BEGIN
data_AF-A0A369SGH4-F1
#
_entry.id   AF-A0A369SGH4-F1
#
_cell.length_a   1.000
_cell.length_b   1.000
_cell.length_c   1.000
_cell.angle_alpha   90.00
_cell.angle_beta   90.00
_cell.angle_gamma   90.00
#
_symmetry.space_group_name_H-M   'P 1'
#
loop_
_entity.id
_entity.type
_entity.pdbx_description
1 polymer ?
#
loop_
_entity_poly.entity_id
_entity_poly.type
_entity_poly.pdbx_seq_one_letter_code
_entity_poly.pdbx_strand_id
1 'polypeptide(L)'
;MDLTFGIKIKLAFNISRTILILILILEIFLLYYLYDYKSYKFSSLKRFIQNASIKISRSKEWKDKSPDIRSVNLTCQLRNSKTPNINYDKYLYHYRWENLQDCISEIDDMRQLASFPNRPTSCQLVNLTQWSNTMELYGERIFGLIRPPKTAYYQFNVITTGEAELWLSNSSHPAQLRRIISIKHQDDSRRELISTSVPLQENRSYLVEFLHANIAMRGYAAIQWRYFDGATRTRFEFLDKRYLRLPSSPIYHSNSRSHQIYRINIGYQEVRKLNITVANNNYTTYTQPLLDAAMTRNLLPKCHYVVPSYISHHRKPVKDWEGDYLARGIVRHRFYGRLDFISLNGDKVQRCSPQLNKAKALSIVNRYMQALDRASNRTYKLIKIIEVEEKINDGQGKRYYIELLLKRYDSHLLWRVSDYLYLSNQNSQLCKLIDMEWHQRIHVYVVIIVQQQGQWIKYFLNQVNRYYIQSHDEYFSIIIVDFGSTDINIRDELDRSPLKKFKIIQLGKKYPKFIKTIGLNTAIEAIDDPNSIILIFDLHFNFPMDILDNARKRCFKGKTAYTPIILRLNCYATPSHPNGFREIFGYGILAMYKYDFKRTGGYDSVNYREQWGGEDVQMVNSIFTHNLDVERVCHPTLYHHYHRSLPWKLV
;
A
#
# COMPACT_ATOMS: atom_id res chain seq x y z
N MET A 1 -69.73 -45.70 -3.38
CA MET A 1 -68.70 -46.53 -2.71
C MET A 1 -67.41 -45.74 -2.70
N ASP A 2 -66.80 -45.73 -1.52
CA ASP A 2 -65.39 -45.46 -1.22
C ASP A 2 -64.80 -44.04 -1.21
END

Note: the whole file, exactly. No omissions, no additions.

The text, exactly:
data_AF-A0A369SGH4-F1
#
_entry.id   AF-A0A369SGH4-F1
#
_cell.length_a   1.000
_cell.length_b   1.000
_cell.length_c   1.000
_cell.angle_alpha   90.00
_cell.angle_beta   90.00
_cell.angle_gamma   90.00
#
_symmetry.space_group_name_H-M   'P 1'
#
loop_
_entity.id
_entity.type
_entity.pdbx_description
1 polymer ?
#
loop_
_entity_poly.entity_id
_entity_poly.type
_entity_poly.pdbx_seq_one_letter_code
_entity_poly.pdbx_strand_id
1 'polypeptide(L)'
;MDLTFGIKIKLAFNISRTILILILILEIFLLYYLYDYKSYKFSSLKRFIQNASIKISRSKEWKDKSPDIRSVNLTCQLRNSKTPNINYDKYLYHYRWENLQDCISEIDDMRQLASFPNRPTSCQLVNLTQWSNTMELYGERIFGLIRPPKTAYYQFNVITTGEAELWLSNSSHPAQLRRIISIKHQDDSRRELISTSVPLQENRSYLVEFLHANIAMRGYAAIQWRYFDGATRTRFEFLDKRYLRLPSSPIYHSNSRSHQIYRINIGYQEVRKLNITVANNNYTTYTQPLLDAAMTRNLLPKCHYVVPSYISHHRKPVKDWEGDYLARGIVRHRFYGRLDFISLNGDKVQRCSPQLNKAKALSIVNRYMQALDRASNRTYKLIKIIEVEEKINDGQGKRYYIELLLKRYDSHLLWRVSDYLYLSNQNSQLCKLIDMEWHQRIHVYVVIIVQQQGQWIKYFLNQVNRYYIQSHDEYFSIIIVDFGSTDINIRDELDRSPLKKFKIIQLGKKYPKFIKTIGLNTAIEAIDDPNSIILIFDLHFNFPMDILDNARKRCFKGKTAYTPIILRLNCYATPSHPNGFREIFGYGILAMYKYDFKRTGGYDSVNYREQWGGEDVQMVNSIFTHNLDVERVCHPTLYHHYHRSLPWKLV
;
A
#
# COMPACT_ATOMS: atom_id res chain seq x y z
N MET A 1 -69.73 -45.70 -3.38
CA MET A 1 -68.70 -46.53 -2.71
C MET A 1 -67.41 -45.74 -2.70
N ASP A 2 -66.80 -45.73 -1.52
CA ASP A 2 -65.39 -45.46 -1.22
C ASP A 2 -64.80 -44.04 -1.21